Argyllshire Advertiser


Whether you are planning a new build or renovation you will have worked hard for your home and one day it can work to pay you back


There are times when we all need some extra cash; financial circumstan­ces can change or we need a quick cash boost and help financing more home improvemen­ts.

New takes on the good-old fashioned ‘paying-guests’ idea are becoming increasing­ly popular. In many circumstan­ces when your kids are grown and flown they can help top-up your pension pot and play a major role in staying-put-or-downsizing decisions.

The most obvious answer is to host - but how? Lodger, boarder, traditiona­l B&B or Airbnb are the simplest or a full tenancy in part of your home like a granny flat or selfcontai­ned suite. A little extra outlay on a mini kitchen with fridge, kettle, microwave and sink can soon pay for itself.

Lodgers and boarders

Lodgers have their own room and share common space so they need access to, and their own storage in, your kitchen, laundry and bathroom space.

Boarders have some element of food and services provided for them; it is down to you to decide and negotiate accordingl­y.

There is plenty of advice on line, with housing charity Shelter leading the way and the government’s Rent a Room scheme where you can earn up to £7,500 tax-free to show you how to set up agreements for lodgers; if you are renting to a tenant use a solicitor and have things water-tight.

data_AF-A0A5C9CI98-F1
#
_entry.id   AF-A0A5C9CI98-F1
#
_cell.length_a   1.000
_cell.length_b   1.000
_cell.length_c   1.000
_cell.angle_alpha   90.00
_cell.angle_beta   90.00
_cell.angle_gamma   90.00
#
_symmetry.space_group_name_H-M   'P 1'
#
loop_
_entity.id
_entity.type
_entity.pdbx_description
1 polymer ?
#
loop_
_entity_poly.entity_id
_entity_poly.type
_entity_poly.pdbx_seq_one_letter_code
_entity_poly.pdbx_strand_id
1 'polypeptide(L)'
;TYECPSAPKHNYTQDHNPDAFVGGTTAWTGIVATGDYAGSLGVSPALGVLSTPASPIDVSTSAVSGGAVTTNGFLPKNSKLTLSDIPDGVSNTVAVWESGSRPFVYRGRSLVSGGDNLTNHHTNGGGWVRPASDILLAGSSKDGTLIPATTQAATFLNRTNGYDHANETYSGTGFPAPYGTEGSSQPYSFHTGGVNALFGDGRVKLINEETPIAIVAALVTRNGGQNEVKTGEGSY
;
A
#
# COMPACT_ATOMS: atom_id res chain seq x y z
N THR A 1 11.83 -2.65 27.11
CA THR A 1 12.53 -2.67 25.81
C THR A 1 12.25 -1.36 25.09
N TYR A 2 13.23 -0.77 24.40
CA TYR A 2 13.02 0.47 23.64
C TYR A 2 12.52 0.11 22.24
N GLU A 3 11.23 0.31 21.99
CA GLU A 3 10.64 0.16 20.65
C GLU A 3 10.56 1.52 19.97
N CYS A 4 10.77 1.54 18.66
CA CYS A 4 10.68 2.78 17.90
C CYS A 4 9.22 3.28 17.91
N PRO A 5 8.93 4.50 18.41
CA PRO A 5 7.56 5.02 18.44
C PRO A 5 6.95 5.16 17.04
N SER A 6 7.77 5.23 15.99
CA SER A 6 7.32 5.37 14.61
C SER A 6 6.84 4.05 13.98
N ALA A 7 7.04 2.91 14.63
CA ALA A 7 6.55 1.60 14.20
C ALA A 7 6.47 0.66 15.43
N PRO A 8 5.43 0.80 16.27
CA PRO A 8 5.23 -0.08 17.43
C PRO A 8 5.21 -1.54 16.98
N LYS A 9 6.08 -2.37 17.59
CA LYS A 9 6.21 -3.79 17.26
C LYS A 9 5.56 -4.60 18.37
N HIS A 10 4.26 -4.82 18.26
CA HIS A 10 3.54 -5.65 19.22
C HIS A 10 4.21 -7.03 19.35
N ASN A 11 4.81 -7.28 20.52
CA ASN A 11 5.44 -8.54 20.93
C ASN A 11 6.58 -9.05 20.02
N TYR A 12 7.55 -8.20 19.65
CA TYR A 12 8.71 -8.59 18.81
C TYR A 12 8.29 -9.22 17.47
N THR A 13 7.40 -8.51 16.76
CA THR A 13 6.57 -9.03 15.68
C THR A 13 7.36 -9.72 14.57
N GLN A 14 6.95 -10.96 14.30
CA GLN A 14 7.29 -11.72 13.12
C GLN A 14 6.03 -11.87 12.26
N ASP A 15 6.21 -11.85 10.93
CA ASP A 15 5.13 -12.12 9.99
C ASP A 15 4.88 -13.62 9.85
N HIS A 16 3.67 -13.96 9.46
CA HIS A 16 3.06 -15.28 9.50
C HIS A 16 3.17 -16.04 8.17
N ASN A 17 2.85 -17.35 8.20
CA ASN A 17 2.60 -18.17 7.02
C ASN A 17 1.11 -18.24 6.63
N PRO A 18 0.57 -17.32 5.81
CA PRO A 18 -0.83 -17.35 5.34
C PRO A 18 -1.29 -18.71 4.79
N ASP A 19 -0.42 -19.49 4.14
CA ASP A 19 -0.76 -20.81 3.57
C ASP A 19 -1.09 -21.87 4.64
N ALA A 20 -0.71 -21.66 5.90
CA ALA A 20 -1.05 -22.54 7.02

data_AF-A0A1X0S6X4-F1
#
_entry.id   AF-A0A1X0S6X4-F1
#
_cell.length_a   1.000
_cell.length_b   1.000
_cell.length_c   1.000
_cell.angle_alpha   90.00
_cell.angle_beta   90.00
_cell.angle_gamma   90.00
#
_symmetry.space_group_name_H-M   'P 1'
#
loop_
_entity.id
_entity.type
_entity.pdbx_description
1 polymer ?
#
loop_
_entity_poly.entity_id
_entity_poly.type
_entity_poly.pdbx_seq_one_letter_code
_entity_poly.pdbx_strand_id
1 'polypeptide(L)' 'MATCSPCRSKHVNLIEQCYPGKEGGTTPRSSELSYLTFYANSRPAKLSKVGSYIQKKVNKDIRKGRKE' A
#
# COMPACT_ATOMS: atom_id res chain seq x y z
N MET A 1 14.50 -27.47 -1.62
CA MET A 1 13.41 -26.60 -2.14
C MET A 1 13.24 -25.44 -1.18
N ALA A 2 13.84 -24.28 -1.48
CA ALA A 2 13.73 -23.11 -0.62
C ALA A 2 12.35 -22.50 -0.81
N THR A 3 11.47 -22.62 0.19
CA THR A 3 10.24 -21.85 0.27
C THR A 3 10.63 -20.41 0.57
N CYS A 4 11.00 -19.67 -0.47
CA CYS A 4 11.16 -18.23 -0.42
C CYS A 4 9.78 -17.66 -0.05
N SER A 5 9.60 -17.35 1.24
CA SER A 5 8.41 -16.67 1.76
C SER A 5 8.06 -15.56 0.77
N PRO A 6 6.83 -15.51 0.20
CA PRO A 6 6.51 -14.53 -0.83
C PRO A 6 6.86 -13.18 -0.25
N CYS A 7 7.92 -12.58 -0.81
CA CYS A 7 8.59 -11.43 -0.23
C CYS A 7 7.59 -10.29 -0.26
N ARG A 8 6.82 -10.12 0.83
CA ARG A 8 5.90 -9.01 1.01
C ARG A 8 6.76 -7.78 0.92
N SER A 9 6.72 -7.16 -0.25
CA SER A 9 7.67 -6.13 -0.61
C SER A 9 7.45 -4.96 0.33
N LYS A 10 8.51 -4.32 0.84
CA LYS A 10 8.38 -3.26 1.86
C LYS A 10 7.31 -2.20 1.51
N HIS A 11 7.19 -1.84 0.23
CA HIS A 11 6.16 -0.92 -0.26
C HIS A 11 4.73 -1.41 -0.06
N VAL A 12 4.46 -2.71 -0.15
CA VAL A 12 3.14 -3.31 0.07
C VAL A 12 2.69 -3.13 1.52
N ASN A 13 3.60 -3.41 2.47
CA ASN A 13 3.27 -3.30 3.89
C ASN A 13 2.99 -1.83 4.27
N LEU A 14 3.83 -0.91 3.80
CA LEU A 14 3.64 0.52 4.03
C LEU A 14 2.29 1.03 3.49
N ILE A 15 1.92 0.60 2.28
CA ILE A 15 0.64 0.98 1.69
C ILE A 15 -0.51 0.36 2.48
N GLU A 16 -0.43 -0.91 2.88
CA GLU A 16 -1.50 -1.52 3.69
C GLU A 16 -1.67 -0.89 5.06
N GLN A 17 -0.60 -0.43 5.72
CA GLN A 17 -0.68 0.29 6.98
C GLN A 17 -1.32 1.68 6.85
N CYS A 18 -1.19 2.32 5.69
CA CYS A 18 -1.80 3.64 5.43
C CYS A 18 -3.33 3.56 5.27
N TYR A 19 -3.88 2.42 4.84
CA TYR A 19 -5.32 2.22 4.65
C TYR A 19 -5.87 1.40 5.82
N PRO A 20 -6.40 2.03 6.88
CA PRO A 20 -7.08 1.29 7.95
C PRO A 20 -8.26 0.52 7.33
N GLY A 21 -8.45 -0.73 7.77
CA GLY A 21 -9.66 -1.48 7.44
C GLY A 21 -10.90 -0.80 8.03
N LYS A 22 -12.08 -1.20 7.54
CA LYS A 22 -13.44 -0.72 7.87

One ever-expanding market is the ‘work’ lodger or boarder; someone who is away from home and needs good quality accommodat­ion Monday to Thursday nights. Your weekends are your own and for many weeks they might not even be there.

In rural tourist areas like the Highlands, islands and Borders these people have no problems during winter months to find reasonably-priced accommodat­ion but once the summer season starts they are out-booked and out-priced.

Bed and breakfast

Traditiona­l bed and breakfast has been the backbone of Scottish tourism for decades; it is the arrival of its upstart younger cousin, Airbnb, which has turned the business model on its head.

It started as a simple app allowing impecuniou­s young people to literally stay on a stranger’s airbed, with breakfast, as a cheap way to travel and has grown into a massive global business.

So much so that the Scottish Government is in the process of introducin­g curbs, using powers within section 17 of the Planning (Scotland) Act 2019 enabling local authoritie­s to license short-term lets and introduce control areas.

While the government points to people being forced out of the housing market and disturbanc­e caused to residents in tourism hot spots, Airnbnb commission­ed research which shows that in Scotland it supports 33,500-plus jobs, generating £677m annually. This includes in excess of 31,000 jobs in the tourism economy, and more than 2,000 jobs in the wider economy. Be aware that soon it might not be as easy to become an Airbnb host.

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